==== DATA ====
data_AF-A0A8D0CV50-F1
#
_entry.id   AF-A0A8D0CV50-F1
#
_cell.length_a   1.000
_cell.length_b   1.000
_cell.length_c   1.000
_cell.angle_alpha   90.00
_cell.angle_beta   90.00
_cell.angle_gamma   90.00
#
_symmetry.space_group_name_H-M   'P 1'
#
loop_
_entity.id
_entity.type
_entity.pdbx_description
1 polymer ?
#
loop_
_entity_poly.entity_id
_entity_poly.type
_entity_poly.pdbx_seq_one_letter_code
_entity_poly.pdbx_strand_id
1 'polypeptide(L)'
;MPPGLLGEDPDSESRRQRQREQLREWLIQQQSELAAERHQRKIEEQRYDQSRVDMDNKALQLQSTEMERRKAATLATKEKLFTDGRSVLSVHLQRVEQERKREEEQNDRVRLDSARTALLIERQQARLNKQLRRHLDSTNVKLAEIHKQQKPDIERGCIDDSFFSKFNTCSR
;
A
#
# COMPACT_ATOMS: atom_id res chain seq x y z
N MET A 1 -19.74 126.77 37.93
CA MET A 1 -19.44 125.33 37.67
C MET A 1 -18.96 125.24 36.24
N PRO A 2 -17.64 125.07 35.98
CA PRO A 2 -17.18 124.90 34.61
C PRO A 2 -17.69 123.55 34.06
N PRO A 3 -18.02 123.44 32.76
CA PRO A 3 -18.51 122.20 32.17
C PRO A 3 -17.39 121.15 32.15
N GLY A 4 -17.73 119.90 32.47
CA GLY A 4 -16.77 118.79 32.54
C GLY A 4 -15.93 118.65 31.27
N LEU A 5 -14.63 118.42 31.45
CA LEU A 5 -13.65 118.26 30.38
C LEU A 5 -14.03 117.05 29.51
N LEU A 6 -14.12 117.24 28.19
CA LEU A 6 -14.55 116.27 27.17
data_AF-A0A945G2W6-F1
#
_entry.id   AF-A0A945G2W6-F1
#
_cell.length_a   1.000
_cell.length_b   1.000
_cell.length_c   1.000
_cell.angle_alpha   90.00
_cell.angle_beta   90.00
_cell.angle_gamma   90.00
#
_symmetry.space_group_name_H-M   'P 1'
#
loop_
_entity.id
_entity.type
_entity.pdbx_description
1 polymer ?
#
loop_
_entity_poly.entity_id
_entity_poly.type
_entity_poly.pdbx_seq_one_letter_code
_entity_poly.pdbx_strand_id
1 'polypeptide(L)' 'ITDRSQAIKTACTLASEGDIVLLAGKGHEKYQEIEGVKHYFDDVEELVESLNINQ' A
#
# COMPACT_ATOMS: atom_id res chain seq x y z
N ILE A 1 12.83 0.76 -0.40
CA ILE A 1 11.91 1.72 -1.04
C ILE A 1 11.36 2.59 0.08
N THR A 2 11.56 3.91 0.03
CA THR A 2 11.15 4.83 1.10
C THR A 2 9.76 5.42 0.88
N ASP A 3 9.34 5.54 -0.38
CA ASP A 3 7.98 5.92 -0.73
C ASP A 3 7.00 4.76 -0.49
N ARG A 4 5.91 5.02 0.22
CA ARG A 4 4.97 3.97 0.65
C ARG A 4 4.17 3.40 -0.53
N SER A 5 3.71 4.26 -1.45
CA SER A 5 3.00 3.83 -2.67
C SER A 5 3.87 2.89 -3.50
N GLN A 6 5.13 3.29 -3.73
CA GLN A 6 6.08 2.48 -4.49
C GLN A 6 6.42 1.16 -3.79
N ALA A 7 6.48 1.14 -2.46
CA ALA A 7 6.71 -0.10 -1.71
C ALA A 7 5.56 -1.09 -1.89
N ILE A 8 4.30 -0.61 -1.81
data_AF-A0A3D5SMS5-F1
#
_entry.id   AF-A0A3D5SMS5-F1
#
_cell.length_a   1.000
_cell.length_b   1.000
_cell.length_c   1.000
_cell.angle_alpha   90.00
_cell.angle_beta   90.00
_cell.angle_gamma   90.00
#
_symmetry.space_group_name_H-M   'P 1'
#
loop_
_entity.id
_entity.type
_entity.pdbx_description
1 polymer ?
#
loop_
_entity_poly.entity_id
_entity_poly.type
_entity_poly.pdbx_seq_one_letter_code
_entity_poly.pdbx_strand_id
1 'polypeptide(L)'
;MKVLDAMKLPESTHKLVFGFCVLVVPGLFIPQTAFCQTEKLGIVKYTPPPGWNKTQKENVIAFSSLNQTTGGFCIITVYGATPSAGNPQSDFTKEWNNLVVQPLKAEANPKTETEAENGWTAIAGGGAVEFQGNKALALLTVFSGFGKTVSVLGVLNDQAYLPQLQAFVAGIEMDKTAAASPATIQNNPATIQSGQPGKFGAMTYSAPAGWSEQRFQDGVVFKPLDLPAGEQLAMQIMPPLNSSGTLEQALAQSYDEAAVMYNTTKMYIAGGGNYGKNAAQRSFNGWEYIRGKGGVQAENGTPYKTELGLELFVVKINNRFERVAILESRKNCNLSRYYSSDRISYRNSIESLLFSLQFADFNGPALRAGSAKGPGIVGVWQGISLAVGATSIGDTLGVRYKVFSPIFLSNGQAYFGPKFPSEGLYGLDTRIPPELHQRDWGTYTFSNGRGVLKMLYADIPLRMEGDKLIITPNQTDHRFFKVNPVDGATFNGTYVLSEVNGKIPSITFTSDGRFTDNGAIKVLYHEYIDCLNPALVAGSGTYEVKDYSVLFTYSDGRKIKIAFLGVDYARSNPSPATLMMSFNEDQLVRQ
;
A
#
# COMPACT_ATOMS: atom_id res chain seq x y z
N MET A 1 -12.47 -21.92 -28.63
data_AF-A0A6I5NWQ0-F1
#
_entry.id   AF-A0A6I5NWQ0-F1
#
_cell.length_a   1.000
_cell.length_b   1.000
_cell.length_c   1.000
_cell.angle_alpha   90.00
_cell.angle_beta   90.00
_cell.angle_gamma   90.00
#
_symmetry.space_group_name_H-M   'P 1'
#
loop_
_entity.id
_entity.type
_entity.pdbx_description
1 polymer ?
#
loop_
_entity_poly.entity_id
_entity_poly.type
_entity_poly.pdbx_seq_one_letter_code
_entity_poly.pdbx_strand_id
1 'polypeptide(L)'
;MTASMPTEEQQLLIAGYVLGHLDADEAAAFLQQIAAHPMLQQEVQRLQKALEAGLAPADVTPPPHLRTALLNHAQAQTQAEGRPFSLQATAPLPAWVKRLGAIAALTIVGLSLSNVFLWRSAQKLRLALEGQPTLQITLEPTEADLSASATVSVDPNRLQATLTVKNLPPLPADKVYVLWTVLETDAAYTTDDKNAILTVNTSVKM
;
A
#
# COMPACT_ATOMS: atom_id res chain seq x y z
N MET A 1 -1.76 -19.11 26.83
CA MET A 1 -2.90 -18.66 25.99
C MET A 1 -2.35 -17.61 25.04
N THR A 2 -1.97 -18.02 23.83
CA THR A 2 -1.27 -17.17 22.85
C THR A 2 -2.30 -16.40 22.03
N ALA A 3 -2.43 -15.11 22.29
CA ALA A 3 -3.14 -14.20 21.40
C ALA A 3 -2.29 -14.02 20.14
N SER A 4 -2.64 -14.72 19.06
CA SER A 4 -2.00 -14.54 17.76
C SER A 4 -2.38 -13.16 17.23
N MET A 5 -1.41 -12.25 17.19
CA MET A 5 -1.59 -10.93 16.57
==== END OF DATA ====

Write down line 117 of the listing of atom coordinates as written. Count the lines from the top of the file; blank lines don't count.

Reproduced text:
_entity_poly.entity_id